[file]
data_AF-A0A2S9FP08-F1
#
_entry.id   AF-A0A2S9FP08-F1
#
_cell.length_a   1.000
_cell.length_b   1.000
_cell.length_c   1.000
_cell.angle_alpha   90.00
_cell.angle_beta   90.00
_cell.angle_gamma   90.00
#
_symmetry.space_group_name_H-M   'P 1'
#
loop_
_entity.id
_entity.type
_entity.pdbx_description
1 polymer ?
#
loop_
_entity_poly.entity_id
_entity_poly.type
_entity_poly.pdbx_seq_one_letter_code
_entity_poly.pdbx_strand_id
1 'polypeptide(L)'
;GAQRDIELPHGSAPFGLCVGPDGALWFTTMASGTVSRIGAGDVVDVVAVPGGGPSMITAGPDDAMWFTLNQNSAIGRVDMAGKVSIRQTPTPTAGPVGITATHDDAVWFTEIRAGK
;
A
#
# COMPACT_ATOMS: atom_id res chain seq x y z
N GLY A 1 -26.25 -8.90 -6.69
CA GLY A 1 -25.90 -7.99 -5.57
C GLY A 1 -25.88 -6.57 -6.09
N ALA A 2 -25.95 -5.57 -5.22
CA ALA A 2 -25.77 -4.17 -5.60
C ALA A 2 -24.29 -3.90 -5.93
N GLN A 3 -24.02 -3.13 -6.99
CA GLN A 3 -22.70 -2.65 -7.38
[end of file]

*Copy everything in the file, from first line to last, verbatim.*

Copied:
data_AF-A0A2S9FP08-F1
#
_entry.id   AF-A0A2S9FP08-F1
#
_cell.length_a   1.000
_cell.length_b   1.000
_cell.length_c   1.000
_cell.angle_alpha   90.00
_cell.angle_beta   90.00
_cell.angle_gamma   90.00
#
_symmetry.space_group_name_H-M   'P 1'
#
loop_
_entity.id
_entity.type
_entity.pdbx_description
1 polymer ?
#
loop_
_entity_poly.entity_id
_entity_poly.type
_entity_poly.pdbx_seq_one_letter_code
_entity_poly.pdbx_strand_id
1 'polypeptide(L)'
;GAQRDIELPHGSAPFGLCVGPDGALWFTTMASGTVSRIGAGDVVDVVAVPGGGPSMITAGPDDAMWFTLNQNSAIGRVDMAGKVSIRQTPTPTAGPVGITATHDDAVWFTEIRAGK
;
A
#
# COMPACT_ATOMS: atom_id res chain seq x y z
N GLY A 1 -26.25 -8.90 -6.69
CA GLY A 1 -25.90 -7.99 -5.57
C GLY A 1 -25.88 -6.57 -6.09
N ALA A 2 -25.95 -5.57 -5.22
CA ALA A 2 -25.77 -4.17 -5.60
C ALA A 2 -24.29 -3.90 -5.93
N GLN A 3 -24.02 -3.13 -6.99
CA GLN A 3 -22.70 -2.65 -7.38